June 6th……..“THIS TIME, MY CHILDREN AND GRANDCHILDREN, GRANDPA’S GOT A RIDDLE FOR YOU. WE HAD A “BANK” ON OUR FARM, BUT IT DIDN’T HAVE GREEN DOLLAR BILLS OR EVEN COINS IN IT. WHAT WAS IT”?
Our corn was young and so was I as my bouncing boney boy butt did a jig upon the axletree of Dad’s little Farmall “B” tractor.
With his cornfields in their infancy, our farmer father had the wisdom that “too much of a good thing, isn’t good” when it came to the type of tractor that he decided to use for cultivating the ubiquitous bane of weeds that grew between the corn rows. Later in the growing season, when the corn was much taller, Dad would likely use his larger Farmall “H” or “Super M”, but the “B” was today’s better choice of power. Snatching a handful of Mom’s scrumptious cookies, fresh out of her oven, Dad gave Mom a wink and a smile as the two of us farmer fellows headed out to the cornfield aboard our smallest tractor, the “B”.
With every passing year of growing up there on our farm, I saw it as a graduating honor each time Dad included me in one of his farming operations. It was like he would silently say to me, “Elliott, you’re growing up to the point that I can share this agricultural experience with you now”!!! I was elated!!
Considering that 50 or 100 years prior to our dad and son day together, farmers had to hoe the weeds from their corn by hand. Eventually, in the late 1880’s, someone invented a horse-drawn, riding cultivator that could clean two rows of crop at at time. As to that day for us, in the early 1960’s, I found our cultivator on the “B” to be fascinating since it not only cleaned the weeds from between the corn rows, but also had shovel/shoes that came behind and re-dug the soil where the tractor tires had gone.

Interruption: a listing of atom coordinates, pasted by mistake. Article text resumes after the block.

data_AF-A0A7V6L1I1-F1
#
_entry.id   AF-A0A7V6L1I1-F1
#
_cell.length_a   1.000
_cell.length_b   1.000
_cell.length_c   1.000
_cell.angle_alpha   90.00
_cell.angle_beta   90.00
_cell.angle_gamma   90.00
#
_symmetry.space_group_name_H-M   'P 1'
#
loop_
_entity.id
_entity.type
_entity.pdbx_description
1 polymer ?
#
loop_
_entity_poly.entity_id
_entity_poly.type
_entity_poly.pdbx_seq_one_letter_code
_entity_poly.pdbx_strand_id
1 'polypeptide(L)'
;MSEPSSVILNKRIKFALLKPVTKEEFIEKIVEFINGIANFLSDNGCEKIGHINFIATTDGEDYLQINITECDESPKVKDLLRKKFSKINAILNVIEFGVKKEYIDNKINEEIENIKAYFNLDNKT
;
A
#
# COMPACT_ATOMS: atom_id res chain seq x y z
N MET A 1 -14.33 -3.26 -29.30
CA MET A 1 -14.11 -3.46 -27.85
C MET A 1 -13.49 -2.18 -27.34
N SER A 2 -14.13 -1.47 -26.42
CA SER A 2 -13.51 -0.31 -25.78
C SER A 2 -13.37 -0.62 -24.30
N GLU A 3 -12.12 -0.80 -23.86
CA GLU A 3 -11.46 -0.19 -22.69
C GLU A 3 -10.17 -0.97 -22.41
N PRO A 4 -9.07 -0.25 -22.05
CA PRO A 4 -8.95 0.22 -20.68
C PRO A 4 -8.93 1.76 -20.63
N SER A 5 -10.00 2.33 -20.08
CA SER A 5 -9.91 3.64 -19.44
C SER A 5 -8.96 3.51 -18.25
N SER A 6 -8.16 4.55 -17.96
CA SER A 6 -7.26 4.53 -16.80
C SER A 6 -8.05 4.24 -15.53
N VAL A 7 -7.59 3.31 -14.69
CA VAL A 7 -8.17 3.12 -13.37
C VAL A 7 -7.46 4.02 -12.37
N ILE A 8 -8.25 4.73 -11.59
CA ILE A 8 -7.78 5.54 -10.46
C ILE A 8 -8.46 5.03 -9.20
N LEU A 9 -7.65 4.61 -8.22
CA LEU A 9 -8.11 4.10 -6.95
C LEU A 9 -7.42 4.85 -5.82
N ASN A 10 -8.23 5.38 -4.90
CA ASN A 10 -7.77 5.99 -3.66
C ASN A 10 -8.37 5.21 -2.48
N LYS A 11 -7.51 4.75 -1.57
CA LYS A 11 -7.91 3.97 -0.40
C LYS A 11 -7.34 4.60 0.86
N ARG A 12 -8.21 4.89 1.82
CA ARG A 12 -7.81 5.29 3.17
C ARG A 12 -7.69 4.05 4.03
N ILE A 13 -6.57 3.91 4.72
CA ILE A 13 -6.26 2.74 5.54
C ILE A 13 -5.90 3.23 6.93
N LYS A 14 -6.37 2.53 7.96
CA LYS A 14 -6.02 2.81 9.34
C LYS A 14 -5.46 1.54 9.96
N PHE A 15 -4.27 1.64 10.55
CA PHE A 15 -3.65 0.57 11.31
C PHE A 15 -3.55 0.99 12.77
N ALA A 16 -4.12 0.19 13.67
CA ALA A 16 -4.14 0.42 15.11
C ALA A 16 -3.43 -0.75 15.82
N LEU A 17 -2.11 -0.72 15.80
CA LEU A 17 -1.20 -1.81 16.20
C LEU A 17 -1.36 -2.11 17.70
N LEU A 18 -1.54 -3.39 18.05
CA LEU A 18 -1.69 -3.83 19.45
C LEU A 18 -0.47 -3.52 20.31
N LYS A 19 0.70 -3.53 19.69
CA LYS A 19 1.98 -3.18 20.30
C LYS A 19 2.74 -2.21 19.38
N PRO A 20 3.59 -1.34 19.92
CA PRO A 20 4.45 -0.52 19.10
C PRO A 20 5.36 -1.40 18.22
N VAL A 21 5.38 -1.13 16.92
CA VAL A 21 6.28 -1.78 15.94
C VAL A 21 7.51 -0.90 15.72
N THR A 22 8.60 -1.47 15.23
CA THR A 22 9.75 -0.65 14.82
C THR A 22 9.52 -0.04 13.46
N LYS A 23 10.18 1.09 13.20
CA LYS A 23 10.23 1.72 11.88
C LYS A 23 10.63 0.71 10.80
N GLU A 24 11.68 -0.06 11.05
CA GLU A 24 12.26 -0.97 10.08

From my perfect perch on the iron “seat” of the axletree, I enjoyed watching Dad as he mechanically lowered the plowshoes of the cultivator into that fecund, ebony soil that enriched our farmer lives. With a little pull to the throttle, for speed, our Norwegian farmer daddy let out the clutch and we productively moved forward down our first of many swaths that dug up weeds and aerated the soil near these corn “children” below us. A happy prairie wind skipped across the young corn plants that made their young, green arms “wave” at us in their rows, just like a classroom of children would wave at their teacher as she’d walk by their rows of desks.
That was one perfect Minnesota day to be alive and thrive on this acreage that we called home! I had so much fun just watching and learning as Dad handled that tractor and its mounted cultivator like it was an extension of is own arms and legs. As we’d reach the end of a row, our handsome patriarch would quickly yank the digging shovels out of the ground and use the right or left brake of the tractor to make that little rig “spin on a dime” just in time to drop the cultivator back into the soil for the next “cleaning” swath. On the return swath, I remember looking in prideful amazement at how gorgeous our field appeared with weeds all gone between those finished rows and the soil basking in all its black, fertile glory.
While learning and loving our father/son time together, I noticed that there was some acreage alongside of us that was not planted in a crop that year. Inquisitive as I was, I leaned into Dad’s ear (so’s he could hear me above the tractor’s engine noise) and asked him, “Hey Dad, why don’t you plant crops in that field, like you did here”?? Dad responded with the answer, “Because, Son, that’s called SOIL BANK”!!! Hmmmm???, the only “bank” I knew of was The First National Bank in our hometown of Kiester. As we brought the “B” back to the farm yard for our noon dinner time (as Midwesterners call it), Dad was able to talk more freely without competition from the tractor’s engine. “You see, Son, The United States Department Of Agriculture knows that we American farmers are some of the world’s best producers of food, etc.. Sometimes, we even produce a bit too much product to the point of what’s called a surplus on the market. So, “Uncle Sam” (our government) decided to pay farmer’s something called a “rental payment” for a certain percentage of acres to allow some of our land to take a rest for a year or two. They call this program “Soil Bank” because it reduces some of that excess product, still brings in some money for farmers and their families AND allows the soil to rest for a while to kind of regenerate rather than being worked every single year”. My, my, my …….little did this farmer boy know that we had a BANK right there on the property of this Norwegian Farmer’s Son!!! 😉